Slowly, but surely, I have been changing the Linux desktops in the schools I admin from a previous, custom remastered version to opensuse education desktop.
of all the education versions of Linux available, icontinue to find it the better choice for our needs and much easier in terms of administration.
Where other distros require a 2 cd installation process for their edu version, opensuse nails it with more apps, and a complete, student designed presentation in one livecd. So much less work up front for us.
Thanks yet again from me and my school.
Please keep updating on progress. I have been trying to push open source in schools and it is a tough slog.
…it is a tough slog
I know that feeling.
the problem with most Schools and districts is the incumbent bureaucracy. Agreements have been made and and contracts signed primarily based on money and having little to nothing to do with productivity, effectiveness or quality.
However, in smaller school districts and ‘alternative’ schools such as private and /or catholic schools for example, each school has a bit more flexibility as to how they implement resources and spend money. it is in these schools, I find the least resistance to Linux/FOSS.
You’ll notice I said least resistance and not greater acceptance. That’s because that’s the way it is.
Introducing Linux into a school is best done as an experiment.
For example, One of the schools I spend most of my time with had a lot of Windows machines in the classrooms and did not want to replace or dual boot on any of those machines for any reason. Maintain the status quo. Don’t rock the boat, etc…
However, an opportunity arose when a local business donated some workstations to the school with no OS installed. blank HD’s.
I installed a school customized version of PCLOS on them and slipped one or two into each classroom as they were completed. None of these machines replaced a Win machine, these were new additions so the teachers were thrilled to have extra equipment and in short order, no one has a problem with them and some teachers have a preference for them.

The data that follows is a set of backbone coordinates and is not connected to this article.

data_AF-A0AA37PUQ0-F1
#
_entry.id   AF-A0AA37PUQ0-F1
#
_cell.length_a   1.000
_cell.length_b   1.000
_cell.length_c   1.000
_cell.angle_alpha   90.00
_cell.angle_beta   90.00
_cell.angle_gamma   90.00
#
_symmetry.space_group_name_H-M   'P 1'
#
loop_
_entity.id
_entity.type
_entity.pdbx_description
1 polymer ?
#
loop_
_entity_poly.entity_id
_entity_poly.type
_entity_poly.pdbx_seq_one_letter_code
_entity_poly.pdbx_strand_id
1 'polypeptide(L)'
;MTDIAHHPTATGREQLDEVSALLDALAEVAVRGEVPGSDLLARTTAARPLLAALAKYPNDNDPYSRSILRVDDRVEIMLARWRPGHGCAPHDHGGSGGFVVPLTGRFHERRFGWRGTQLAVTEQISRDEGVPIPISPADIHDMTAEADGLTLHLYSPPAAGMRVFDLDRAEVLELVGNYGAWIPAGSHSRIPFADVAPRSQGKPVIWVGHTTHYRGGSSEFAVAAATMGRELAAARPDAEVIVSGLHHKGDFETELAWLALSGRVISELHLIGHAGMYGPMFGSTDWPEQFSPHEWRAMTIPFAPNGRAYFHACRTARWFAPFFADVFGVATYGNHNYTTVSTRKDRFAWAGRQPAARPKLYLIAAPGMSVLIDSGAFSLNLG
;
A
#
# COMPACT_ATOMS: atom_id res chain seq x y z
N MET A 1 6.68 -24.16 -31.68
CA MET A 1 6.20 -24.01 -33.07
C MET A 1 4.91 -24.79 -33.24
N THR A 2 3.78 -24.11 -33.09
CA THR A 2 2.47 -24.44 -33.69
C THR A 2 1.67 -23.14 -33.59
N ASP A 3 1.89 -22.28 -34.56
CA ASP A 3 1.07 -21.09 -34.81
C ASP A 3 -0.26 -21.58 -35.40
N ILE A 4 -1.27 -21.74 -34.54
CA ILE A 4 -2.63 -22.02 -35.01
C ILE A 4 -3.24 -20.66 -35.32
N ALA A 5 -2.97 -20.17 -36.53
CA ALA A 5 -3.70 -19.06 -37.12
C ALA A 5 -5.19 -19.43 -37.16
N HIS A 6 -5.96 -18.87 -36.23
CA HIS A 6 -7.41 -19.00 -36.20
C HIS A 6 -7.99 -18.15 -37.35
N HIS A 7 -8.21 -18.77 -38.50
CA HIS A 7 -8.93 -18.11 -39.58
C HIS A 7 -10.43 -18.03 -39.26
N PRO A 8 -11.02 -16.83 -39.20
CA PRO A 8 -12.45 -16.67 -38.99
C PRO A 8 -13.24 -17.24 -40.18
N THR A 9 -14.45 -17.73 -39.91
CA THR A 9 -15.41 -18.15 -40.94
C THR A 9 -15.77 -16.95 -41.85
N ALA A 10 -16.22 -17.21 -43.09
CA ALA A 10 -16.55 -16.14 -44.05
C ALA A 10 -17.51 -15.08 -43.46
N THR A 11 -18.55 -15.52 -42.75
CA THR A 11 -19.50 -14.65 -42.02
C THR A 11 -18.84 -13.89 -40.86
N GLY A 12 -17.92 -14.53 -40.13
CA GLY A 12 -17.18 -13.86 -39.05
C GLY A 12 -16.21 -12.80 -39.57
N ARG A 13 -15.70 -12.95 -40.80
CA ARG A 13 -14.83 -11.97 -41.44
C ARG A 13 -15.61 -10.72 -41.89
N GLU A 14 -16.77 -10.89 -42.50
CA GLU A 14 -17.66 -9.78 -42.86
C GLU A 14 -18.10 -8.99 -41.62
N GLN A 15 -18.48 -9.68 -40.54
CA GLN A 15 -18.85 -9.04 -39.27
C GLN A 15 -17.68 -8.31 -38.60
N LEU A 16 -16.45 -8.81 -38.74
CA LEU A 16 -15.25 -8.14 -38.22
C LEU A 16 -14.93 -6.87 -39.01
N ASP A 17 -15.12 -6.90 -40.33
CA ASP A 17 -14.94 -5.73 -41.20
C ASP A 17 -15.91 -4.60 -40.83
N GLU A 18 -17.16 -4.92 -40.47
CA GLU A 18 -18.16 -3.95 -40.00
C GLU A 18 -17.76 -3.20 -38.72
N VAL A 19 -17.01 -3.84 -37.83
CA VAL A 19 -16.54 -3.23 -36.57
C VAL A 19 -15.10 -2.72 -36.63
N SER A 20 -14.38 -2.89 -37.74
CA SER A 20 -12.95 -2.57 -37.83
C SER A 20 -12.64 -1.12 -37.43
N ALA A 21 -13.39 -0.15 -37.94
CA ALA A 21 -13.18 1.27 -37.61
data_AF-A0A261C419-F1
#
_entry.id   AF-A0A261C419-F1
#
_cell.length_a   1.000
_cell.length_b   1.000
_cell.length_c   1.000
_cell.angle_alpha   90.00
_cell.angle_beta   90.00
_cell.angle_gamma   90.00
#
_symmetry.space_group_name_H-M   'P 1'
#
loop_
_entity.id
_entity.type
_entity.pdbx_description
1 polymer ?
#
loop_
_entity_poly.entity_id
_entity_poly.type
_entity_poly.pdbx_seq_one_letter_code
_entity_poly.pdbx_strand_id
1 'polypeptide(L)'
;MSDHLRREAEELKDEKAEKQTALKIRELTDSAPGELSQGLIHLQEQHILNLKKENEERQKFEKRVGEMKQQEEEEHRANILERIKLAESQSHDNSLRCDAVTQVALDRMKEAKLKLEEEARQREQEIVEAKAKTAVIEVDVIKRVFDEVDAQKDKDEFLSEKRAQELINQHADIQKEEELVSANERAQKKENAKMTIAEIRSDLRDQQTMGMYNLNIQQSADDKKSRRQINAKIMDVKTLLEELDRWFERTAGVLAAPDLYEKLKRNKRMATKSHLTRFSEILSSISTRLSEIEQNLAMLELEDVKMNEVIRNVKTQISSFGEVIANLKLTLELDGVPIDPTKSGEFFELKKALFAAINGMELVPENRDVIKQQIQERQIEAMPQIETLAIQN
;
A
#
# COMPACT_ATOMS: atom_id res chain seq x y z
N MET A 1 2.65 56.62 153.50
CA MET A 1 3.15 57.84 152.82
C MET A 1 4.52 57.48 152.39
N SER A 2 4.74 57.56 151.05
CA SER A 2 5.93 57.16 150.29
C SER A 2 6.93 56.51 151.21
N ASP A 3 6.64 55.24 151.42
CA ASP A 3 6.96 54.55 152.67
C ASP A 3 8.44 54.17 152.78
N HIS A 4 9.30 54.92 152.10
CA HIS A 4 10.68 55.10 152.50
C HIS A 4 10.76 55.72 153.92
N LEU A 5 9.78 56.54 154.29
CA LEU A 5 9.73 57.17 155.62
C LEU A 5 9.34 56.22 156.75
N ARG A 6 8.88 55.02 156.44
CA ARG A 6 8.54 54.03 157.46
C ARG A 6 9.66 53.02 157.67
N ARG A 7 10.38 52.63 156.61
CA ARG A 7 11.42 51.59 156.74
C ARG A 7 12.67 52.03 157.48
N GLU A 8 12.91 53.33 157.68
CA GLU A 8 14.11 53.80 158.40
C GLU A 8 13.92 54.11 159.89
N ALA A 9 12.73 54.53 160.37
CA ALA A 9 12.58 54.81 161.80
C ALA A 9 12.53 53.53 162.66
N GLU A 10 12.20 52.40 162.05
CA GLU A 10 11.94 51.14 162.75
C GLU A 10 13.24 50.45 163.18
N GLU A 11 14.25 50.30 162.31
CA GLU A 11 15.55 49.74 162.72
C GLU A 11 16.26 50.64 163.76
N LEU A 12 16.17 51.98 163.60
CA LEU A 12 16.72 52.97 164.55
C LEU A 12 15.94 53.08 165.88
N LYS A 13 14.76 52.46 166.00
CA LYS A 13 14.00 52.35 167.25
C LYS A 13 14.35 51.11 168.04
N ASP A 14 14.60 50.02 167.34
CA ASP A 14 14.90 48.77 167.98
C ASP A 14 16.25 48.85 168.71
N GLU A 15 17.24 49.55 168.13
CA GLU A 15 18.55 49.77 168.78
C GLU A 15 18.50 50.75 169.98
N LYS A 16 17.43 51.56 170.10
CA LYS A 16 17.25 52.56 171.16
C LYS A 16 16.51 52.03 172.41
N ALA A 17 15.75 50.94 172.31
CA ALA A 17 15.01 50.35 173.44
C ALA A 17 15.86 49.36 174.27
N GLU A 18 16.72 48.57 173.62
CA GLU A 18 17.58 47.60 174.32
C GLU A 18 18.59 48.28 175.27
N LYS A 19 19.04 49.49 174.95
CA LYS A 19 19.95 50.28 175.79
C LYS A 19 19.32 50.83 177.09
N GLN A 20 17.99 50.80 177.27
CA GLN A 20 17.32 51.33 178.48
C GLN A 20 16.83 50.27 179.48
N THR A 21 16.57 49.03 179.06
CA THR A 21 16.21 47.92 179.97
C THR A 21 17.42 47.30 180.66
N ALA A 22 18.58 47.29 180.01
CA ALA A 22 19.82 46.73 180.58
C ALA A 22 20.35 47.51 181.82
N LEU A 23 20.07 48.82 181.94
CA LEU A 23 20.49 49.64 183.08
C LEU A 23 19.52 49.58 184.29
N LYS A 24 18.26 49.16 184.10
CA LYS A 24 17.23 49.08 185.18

it takes opportune timing, patience and persistence to get them to look at it, but once they do, they usually are very happy with the results.
matter of fact, I get more complaints about net speed rather than OS is or software issues ( but that’s another story).
Most school IT groups are up to their neck in work as it is. The idea of trying something “foreign” seems impossible, and I can sympathize with that. Getting out of your comfort zone is never easy. When you’re busy, its harder.
The FOSS light went on around here for two reasons. They fell in love with Moodle. But it was the windows version. Then, they saw how easily OpenOffice replaced MS Office, with a savings potential of tens of thousands in licensing fees.
Like you, I am pushing linux to keep old hardware functioning and useful to students. Wish I understood KIWI-LTSP well enough to be a good advocate.
I too have been championing openSUSE in schools. Windows XP is an incredible maintenance hog. By changing a labs 33 PCs to dual boot with SUSE default, I have saved about 90 maintenance hours per month. It takes about 3 hrs to clean disk, defrag, anti-virus, and spybot the OS. The students took a liking to it. All their work was facilitated by OpenOffice and Firefox and an HP laser printer. Downtime is practically nil. When a student does succeed in destroying the desktop(I work at a charter school - thugs and pregnant creepy kids) I simply delete the user and re-install. A 1 minute job. Now if the documentation for easy-ltsp was better, I would incorporate that into the school to extend our old laptops and PCs life. It is a pain in the butt where documentation is concerned. I just can’t seem to find anything that provides concepts, and step by step directions. This is odd since 4 years ago, I set up a system for a university. Must be getting old I guess…Enjoy!